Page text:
This show hasn’t always been even. The episodes in the present time in particular were somewhat lacking, in tension when the tension was paramount, and in small and comfortable moments when the show veered more in that direction (in the second half), which made sense, since Kayo was stuck in the past. Thankfully, last episode was pretty small and comfortable and good, and this episode? This episode was great. It didn’t give me the same amount of smiles and tears as episode 8 did (Kayo’s highlight episode, and being brought into the Fujinoma household), but it was at least that level of great. Can’t think of a better episode of the show, and it’s always nice to end on a very positive note, isn’t it?
My write-ups for BokuMachi have always focused on the themes of the show, and this episode, as befits a finale, not made use of them all, but also tied them all neatly together, so let’s look at some of them.
First and foremost, it’s all about trust. Now that Satoru is no longer a child, his mother manages to move forward, and head off the mistake she’s made in the past and was making now all over again – protecting her child so he could not grow up, could not move forward. What she’s done is actually trust in him, and his ability to handle the world. And what did Kenya tell us, and the helpful memory of Airi too? That you need people to believe in you for you to believe in them, and that people need to believe in others, and to be believed.
To live without believing in others is to live without having hope for them. It is to live always apart from others, because you fear they will hurt you. But everyone’s the same. Everyone’s afraid to be hurt, so people are wary of trusting others, before others trust them, while those others are waiting for them to make the first step. And so was Satoru, who in his first earnest discussion with Kayo admitted that he’s keeping a mask on, and keeping others at arm’s length. Which is why he had no real friends, no relationship he managed to maintain into his adult life in the original timeline.
And so, the 15 years he “wasted” weren’t wasted twice over. First, as Yashiro had promised, they had bought the life of everyone else, every one of his friends. Second, he didn’t really live in his original life anyway, did he? So it was easy to make that trade, especially when his mind did keep the memories of the life he hadn’t lived any longer, for a life where he’s willing to make the first step, to reach out, and affect others, and be affected in turn.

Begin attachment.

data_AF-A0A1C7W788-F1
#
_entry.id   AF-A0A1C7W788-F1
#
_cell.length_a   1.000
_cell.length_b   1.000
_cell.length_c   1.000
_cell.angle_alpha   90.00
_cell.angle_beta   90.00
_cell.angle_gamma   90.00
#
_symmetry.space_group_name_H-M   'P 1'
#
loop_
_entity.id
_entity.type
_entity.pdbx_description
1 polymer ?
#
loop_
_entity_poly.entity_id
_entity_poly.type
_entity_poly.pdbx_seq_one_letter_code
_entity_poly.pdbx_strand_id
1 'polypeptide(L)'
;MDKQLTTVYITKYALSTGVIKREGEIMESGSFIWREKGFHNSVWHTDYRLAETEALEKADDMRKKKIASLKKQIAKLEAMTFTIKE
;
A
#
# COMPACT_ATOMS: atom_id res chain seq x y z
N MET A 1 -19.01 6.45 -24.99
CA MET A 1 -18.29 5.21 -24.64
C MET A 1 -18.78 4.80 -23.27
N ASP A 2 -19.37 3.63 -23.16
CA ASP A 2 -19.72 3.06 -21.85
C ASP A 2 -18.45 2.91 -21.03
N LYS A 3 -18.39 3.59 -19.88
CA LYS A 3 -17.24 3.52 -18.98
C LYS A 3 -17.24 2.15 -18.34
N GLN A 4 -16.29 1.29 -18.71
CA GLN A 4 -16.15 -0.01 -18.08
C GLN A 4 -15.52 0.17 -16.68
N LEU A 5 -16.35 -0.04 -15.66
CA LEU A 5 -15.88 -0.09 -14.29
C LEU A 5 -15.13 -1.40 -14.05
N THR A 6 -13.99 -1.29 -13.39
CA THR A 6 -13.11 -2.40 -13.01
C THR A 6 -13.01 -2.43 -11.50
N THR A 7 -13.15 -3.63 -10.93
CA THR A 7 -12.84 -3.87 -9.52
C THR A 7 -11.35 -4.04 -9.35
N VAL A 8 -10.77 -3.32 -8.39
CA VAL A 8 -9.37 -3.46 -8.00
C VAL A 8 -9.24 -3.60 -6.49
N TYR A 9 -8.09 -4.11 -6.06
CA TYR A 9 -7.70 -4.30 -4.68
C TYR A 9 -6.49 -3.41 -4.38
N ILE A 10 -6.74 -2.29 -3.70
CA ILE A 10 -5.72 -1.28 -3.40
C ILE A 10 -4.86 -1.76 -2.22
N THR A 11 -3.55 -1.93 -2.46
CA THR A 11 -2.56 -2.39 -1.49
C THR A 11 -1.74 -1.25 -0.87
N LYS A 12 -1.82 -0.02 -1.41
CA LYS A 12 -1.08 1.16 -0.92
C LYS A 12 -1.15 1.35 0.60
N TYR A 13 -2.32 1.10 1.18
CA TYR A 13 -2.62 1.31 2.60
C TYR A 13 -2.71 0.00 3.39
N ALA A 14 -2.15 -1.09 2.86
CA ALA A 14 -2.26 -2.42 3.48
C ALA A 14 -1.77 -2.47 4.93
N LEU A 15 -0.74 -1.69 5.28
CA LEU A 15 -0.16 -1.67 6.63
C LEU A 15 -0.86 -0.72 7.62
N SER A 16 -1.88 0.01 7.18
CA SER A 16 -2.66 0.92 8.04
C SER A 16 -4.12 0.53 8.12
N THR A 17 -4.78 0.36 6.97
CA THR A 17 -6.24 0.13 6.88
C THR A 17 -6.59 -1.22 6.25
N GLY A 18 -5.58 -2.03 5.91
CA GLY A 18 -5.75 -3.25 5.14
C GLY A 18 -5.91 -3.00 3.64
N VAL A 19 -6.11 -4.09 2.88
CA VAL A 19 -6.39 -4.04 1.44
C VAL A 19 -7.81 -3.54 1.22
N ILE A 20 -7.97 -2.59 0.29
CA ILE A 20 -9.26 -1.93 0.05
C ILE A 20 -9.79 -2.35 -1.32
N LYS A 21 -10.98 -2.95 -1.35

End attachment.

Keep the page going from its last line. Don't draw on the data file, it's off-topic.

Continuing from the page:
This is the way to note how Satoru’s life transformed everyone around him, as a true hero. Kenya became a lawyer to pursue the criminal, Hiromi went on to become a doctor to be able to help people like his ailing friend, and even Satomi went on to help those around her (and a nice and small way of rehabilitating her character in the final act, kudos). And of course, Yashiro hadn’t killed anyone for 15 years.
Yashiro is the perfect way to segue from “trust”, because the point here isn’t trust in and of itself, but the ability to feel as if others understand you, and believe you, and are there for you. It’s about the relationships you weave with your surroundings. It’s about filling the gaping hole in all of us called loneliness. Satoru’s words about how he’s the only one who knows what Yashiro is really like make one wonder if aside from filling the ennui, he wanted to be caught, just because it’d mean there’s someone else out there on his same wavelength. Of course, we saw the spider’s thread on his head at the end, because he too wished to find someone who’ll help him out of hell. He just wasn’t willing to trust. Well, and he was a serial killer, so there’s that.
Yashiro enjoyed living on the edge, enjoyed living with the torture of not killing Satoru, of waiting for the one person who knows the why of him, and the how, and knew a bunch even before being confided with to come back. I really liked how they interwove this scene with Satoru’s interactions with others, and also how not loud this scene was, full of soft lighting and people coming face to face with themselves. This was “post-reveal Yashiro” finally getting the Kayo treatment, of a person, rather than the “cliche villain” treatment, and the show and the scene both benefited tremendously from it.